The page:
Friday, December 11, 2009


It's the holiday season and according to the calendar I have 14 days until the big guy (or the baby Jee, depending on if you prefer to focus on the secular or the sacred) drops by for a visit. It should come as no surprise to you that I'm just not ready.

December is a busy season for musicians. There are concerts and gigs here there and everywhere. And being good (and poor) musicians, we do everything in our power not to turn anything down, because a performance is a performance, because we are (hopefully) getting paid, and a paycheck is a paycheck, and because we can always catch up on our sleep in January.

Meanwhile, as I look over the most recent status updates of my Facebook friends, I sometimes wonder if it shouldn't be called "Guiltbook" instead. Holy Moly. I have friends who have gone sledding with their children, gushed about ruddy cheeks, frozen snowpants and hot dogs.   I have friends who have romped outside in the icy cold, who have had successful hunting trips and who have caught snowflakes on their tongue. I have friends who have marveled at the wintry weather from inside the comforts of their own home. That particular scenario is usually accompanied by soft music and mulled apple cider. I have friends who have wrapped gifts, baked cookies, gone caroling with family and friends, and generally whooped my butt in the annual holiday activities to-do list.

It's not that I'm particularly upset about this. I know what my schedule is this time of year, and I know I'll get to the essentials when the time comes. There will most likely be no wintry romping and there may not be as many cookies, but I'll do what I can with the time that I have and I'll remember that a red and white holly berry and mistletoe-infused three-ringed circus is not required to mark, remember and celebrate the Christmas Season.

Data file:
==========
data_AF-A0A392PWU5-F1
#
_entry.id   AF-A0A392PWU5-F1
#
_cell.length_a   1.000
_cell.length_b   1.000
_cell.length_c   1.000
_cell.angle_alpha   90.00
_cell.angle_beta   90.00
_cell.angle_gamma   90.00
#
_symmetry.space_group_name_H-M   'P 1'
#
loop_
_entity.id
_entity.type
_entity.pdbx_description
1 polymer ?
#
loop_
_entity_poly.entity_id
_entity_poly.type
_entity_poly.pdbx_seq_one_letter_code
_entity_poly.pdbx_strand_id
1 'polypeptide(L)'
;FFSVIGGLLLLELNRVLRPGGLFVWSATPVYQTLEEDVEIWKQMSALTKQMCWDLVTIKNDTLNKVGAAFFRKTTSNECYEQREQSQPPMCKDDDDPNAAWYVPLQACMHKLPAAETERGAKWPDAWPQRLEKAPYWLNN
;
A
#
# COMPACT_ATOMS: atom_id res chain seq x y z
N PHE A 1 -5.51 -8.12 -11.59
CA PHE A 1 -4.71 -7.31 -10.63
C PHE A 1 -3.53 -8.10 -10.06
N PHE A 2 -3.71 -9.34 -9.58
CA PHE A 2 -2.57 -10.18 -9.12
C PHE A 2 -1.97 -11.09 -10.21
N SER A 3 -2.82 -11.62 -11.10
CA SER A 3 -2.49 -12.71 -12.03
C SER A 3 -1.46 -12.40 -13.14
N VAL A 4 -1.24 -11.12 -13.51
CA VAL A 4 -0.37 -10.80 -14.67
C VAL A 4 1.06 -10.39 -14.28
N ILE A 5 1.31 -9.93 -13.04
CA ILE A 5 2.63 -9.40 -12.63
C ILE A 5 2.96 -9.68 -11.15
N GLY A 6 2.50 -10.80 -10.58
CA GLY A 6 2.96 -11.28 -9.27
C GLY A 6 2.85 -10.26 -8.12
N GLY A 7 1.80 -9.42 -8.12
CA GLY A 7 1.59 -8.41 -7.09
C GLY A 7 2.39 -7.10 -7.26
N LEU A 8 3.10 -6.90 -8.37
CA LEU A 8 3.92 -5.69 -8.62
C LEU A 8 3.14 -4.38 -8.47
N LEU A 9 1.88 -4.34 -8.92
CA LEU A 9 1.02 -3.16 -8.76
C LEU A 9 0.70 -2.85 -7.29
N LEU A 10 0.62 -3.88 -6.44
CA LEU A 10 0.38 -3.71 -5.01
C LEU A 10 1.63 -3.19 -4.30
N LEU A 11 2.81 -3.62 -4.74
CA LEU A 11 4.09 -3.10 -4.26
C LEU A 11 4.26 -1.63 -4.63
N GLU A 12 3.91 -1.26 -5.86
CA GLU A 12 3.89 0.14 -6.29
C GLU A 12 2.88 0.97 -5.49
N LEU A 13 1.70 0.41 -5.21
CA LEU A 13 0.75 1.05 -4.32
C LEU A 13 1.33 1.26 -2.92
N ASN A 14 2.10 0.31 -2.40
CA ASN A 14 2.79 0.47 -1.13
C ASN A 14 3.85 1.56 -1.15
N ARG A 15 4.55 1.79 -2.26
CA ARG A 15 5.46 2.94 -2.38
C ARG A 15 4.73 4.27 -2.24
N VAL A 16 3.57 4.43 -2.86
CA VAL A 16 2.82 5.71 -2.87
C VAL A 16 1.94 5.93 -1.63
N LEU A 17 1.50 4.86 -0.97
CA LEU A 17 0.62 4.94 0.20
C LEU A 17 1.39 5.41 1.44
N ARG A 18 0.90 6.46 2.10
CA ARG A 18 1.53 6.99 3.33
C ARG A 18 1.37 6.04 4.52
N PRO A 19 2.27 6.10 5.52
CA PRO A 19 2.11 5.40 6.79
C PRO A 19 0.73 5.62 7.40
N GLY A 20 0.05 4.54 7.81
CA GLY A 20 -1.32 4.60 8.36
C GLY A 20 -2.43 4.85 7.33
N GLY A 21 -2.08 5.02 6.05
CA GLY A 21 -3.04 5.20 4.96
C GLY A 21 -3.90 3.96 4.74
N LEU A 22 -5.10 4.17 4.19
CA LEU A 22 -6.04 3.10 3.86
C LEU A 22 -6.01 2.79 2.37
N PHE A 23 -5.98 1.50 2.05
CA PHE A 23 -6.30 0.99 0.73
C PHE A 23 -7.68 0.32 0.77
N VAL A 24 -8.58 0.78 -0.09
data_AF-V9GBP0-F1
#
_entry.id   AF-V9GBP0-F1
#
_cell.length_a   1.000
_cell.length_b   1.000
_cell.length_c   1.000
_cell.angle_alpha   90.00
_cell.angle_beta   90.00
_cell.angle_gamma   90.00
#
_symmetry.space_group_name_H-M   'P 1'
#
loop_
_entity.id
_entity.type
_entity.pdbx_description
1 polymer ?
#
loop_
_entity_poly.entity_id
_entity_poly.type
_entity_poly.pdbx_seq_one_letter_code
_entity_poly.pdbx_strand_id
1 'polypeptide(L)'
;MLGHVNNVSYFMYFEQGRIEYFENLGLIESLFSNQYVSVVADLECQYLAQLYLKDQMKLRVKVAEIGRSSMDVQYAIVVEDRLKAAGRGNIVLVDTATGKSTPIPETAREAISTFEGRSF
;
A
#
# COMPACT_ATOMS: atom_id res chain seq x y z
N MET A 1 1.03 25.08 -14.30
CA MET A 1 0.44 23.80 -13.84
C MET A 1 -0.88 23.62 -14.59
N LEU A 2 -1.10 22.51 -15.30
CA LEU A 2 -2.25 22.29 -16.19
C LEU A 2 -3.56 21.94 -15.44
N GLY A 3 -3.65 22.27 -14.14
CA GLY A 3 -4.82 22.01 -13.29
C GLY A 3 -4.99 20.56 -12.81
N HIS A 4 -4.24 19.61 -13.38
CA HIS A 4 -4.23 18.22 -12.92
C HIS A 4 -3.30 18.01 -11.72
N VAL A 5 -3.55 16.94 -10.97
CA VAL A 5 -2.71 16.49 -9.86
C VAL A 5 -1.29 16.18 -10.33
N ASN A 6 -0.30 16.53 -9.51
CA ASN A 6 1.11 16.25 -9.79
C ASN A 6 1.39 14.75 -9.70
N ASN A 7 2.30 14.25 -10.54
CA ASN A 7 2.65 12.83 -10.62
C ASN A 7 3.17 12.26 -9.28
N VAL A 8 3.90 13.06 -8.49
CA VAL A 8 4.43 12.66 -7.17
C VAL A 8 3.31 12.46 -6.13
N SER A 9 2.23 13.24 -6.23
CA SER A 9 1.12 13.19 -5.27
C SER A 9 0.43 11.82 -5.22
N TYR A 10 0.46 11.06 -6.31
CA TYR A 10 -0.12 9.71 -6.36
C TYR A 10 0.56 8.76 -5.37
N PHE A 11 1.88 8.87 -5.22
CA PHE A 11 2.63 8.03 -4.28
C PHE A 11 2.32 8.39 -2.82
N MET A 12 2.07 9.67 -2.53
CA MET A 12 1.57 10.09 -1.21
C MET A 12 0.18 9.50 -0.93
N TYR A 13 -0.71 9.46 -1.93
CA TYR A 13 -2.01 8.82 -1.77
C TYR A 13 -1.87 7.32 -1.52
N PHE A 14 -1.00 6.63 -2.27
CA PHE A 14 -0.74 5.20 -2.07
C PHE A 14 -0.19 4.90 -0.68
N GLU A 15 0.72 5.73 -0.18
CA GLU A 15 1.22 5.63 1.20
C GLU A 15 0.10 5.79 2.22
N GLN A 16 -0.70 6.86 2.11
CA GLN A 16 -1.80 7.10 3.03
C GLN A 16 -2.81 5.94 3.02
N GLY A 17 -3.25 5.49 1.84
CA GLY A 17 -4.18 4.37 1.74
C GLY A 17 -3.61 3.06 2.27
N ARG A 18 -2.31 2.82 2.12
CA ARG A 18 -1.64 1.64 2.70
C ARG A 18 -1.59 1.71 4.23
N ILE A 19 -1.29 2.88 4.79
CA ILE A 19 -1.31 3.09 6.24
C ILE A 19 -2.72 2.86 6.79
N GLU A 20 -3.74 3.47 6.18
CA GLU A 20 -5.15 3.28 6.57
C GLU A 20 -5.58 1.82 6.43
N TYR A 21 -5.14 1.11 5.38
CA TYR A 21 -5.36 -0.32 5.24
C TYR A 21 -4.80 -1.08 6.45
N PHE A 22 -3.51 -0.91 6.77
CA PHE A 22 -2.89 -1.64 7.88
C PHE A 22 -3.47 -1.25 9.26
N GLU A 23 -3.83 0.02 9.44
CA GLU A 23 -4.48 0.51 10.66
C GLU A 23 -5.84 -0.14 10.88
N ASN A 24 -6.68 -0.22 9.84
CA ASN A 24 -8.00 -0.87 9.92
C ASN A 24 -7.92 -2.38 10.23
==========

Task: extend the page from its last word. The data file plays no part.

And while I'm busy doing the best I can with what I've got, I'm keenly aware that the entire holiday season is just another layer of life that is added on -- ready or not. It doesn't replace the mundane routine, the difficult decisions, or the emotional and physical hardships we face every day of our lives. When added to the mix, Christmas is often as much about surviving as it is about celebrating, which, when you think about it, could also be said about life.

So while I begin to gear up for the "really big shoe" on December 25th, I'm going to be mindful of those who are busy focusing on other layers of life.  It's important that in the frenzy of shopping and eating and general merry-making to remember "the rest of the story."  I imagine that while riding on a donkey for hours on end, a very-pregnant Mary must have thought that angels and annunciations were a pretty inconvenient layer to heap upon her already complicated life at that very moment.  And yet we know that in the midst of extreme physical and emotional hardships (not to mention serious political unrest), a tiny baby was born, bringing a message of peace and love.  Some may been (rightly) focused on surviving and might not have recognized the celebration that had been interwoven in their lives.  But it was there all the same.  Just like today.

Hope in the midst of hardship.  This is the real message of the holiday season.

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